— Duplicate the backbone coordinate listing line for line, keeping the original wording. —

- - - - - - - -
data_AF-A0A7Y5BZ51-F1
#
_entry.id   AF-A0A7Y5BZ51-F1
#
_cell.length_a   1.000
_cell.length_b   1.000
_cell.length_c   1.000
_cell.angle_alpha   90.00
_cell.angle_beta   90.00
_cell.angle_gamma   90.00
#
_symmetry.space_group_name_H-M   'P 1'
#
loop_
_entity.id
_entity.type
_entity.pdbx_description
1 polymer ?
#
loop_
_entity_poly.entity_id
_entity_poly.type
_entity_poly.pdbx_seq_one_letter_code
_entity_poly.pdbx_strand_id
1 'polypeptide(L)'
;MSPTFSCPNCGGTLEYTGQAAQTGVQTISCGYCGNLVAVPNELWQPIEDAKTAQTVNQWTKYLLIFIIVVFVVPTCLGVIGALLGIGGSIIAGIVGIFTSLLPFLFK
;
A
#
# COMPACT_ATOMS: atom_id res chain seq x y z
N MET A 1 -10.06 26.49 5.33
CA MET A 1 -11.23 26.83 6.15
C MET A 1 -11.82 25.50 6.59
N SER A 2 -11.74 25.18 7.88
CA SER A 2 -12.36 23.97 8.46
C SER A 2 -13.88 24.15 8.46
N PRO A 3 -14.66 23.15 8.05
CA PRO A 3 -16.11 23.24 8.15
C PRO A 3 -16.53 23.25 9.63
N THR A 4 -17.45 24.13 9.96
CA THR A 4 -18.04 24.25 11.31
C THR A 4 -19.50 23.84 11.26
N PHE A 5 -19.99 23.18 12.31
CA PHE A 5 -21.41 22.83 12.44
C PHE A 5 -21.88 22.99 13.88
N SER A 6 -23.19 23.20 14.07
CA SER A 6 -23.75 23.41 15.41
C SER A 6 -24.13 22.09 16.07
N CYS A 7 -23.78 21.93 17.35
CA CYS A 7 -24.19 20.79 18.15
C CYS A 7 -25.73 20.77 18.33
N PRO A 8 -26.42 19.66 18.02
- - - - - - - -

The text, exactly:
data_AF-A0A7Y5BZ51-F1
#
_entry.id   AF-A0A7Y5BZ51-F1
#
_cell.length_a   1.000
_cell.length_b   1.000
_cell.length_c   1.000
_cell.angle_alpha   90.00
_cell.angle_beta   90.00
_cell.angle_gamma   90.00
#
_symmetry.space_group_name_H-M   'P 1'
#
loop_
_entity.id
_entity.type
_entity.pdbx_description
1 polymer ?
#
loop_
_entity_poly.entity_id
_entity_poly.type
_entity_poly.pdbx_seq_one_letter_code
_entity_poly.pdbx_strand_id
1 'polypeptide(L)'
;MSPTFSCPNCGGTLEYTGQAAQTGVQTISCGYCGNLVAVPNELWQPIEDAKTAQTVNQWTKYLLIFIIVVFVVPTCLGVIGALLGIGGSIIAGIVGIFTSLLPFLFK
;
A
#
# COMPACT_ATOMS: atom_id res chain seq x y z
N MET A 1 -10.06 26.49 5.33
CA MET A 1 -11.23 26.83 6.15
C MET A 1 -11.82 25.50 6.59
N SER A 2 -11.74 25.18 7.88
CA SER A 2 -12.36 23.97 8.46
C SER A 2 -13.88 24.15 8.46
N PRO A 3 -14.66 23.15 8.05
CA PRO A 3 -16.11 23.24 8.15
C PRO A 3 -16.53 23.25 9.63
N THR A 4 -17.45 24.13 9.96
CA THR A 4 -18.04 24.25 11.31
C THR A 4 -19.50 23.84 11.26
N PHE A 5 -19.99 23.18 12.31
CA PHE A 5 -21.41 22.83 12.44
C PHE A 5 -21.88 22.99 13.88
N SER A 6 -23.19 23.20 14.07
CA SER A 6 -23.75 23.41 15.41
C SER A 6 -24.13 22.09 16.07
N CYS A 7 -23.78 21.93 17.35
CA CYS A 7 -24.19 20.79 18.15
C CYS A 7 -25.73 20.77 18.33
N PRO A 8 -26.42 19.66 18.02